The four federal banking agencies published final guidance relating to supervisory review of capital adequacy (the “Supervisory Review Guidance”) meant to supplement the US Basel II Advanced Capital Adequacy Framework (the “Advanced Framework”) final rule discussed in the November 6, 2007 and November 27, 2007 issues of the Alert. The final Supervisory Review Guidance does not differ significantly from the proposal published in February, 2007, and becomes effective 30 days from its publication in the Federal Register.
The Supervisory Review Guidance includes three components: (1) comprehensive supervisory review of capital adequacy; (2) compliance with regulatory capital requirements; and (3) internal capital adequacy assessment process (“ICAAP”). The Supervisory Review Guidance makes clear that it does not supersede the US Prompt Corrective Action Rules or the otherwise applicable risk management practices. Rather, it is intended to help bank regulators intervene when necessary to protect an institution’s capital safety and soundness.
Comprehensive Supervisory Assessment. The Supervisory Review Guidance first reiterates that, consistent with historical practice, regulators expect banks to hold capital above their minimum capital requirements, commensurate with their overall risk profile. In evaluating the extent to which banks should hold excess capital, the regulators will consider the combined implications of a bank’s compliance with qualification requirements for regulatory capital standards, the bank’s ICAAP, and the bank’s own risk management and control structure. The relevant federal bank regulator has the authority to evaluate whether a bank’s capital is adequate as circumstances change, and to take action if it determines that a bank’s capital is inadequate. In response to a commentator’s suggestion, the final Supervisory Review Guidance makes clear that an increased risk profile will not necessarily result in a need for additional capital if the bank already holds capital well in excess of what its internal processes and supervisors consider adequate.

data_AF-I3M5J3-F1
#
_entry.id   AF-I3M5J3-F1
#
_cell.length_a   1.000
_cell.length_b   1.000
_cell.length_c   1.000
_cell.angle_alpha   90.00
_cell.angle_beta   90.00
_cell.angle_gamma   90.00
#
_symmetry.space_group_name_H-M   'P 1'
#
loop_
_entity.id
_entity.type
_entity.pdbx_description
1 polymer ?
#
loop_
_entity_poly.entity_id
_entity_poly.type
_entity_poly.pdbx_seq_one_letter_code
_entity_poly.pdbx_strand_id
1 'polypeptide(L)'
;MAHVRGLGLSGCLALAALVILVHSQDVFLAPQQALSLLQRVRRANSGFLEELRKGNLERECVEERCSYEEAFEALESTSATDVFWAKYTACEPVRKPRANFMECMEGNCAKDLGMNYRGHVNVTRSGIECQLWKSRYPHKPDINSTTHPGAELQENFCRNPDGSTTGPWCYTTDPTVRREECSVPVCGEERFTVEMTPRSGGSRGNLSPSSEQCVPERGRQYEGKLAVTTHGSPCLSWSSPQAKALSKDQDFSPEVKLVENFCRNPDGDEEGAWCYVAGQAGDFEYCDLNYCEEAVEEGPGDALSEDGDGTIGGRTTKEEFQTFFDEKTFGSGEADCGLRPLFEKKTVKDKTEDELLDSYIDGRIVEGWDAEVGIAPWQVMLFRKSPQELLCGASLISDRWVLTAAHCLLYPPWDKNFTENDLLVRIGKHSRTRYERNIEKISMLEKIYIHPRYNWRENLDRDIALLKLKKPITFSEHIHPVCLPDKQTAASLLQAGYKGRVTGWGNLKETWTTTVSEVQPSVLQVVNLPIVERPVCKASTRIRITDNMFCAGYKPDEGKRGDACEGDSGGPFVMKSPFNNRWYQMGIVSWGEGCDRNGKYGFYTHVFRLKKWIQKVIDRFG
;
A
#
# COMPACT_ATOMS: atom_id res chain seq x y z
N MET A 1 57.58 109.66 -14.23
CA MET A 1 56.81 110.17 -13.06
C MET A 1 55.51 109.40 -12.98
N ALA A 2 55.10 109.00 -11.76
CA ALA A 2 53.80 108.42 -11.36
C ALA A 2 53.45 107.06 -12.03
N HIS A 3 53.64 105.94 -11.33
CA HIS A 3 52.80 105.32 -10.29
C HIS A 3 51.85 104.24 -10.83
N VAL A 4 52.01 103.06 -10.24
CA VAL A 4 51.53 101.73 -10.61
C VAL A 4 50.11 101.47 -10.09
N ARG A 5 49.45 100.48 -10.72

Regulatory Capital Compliance. The Supervisory Review Guidance highlights that regulators must ensure that banks are meeting the qualification requirements that the Advanced Approach imposes for the calculation of regulatory capital. Banks must demonstrate that they meet this qualification requirements not just initially, but also on an ongoing basis. If a bank fails to satisfy the ongoing standards, it would be required to develop a satisfactory plan explaining how it would return to compliance. The Supervisory Review Guidance also makes clear that banks using the Advanced Approach must satisfy the qualification requirements at the subsidiary bank level (unless the subsidiary bank is not subject to the Advanced Approach), as well as at the consolidated entity level.
ICAAP. The proposal emphasizes that, in addition to calculation of regulatory capital, a bank must calculate ICAAP, which is the bank’s assessment of its overall capital adequacy in relation to its risk profile. The Supervisory Review Guidance further details that the three main objectives of a sound ICAAP policy are to: (1) identify and measure material risks; (2) establish and assess internal adequacy goals that directly relate to that risk; and (3) ensure the integrity of the foregoing assessments on an ongoing basis. Each bank should have an ICAAP unique to its risk profile and should not just rely on assessments at the parent level. A bank also may use assumptions built into its minimum capital requirements, or economic capital models, but must ensure its ICAAP model meets the three objectives listed above and further detailed below.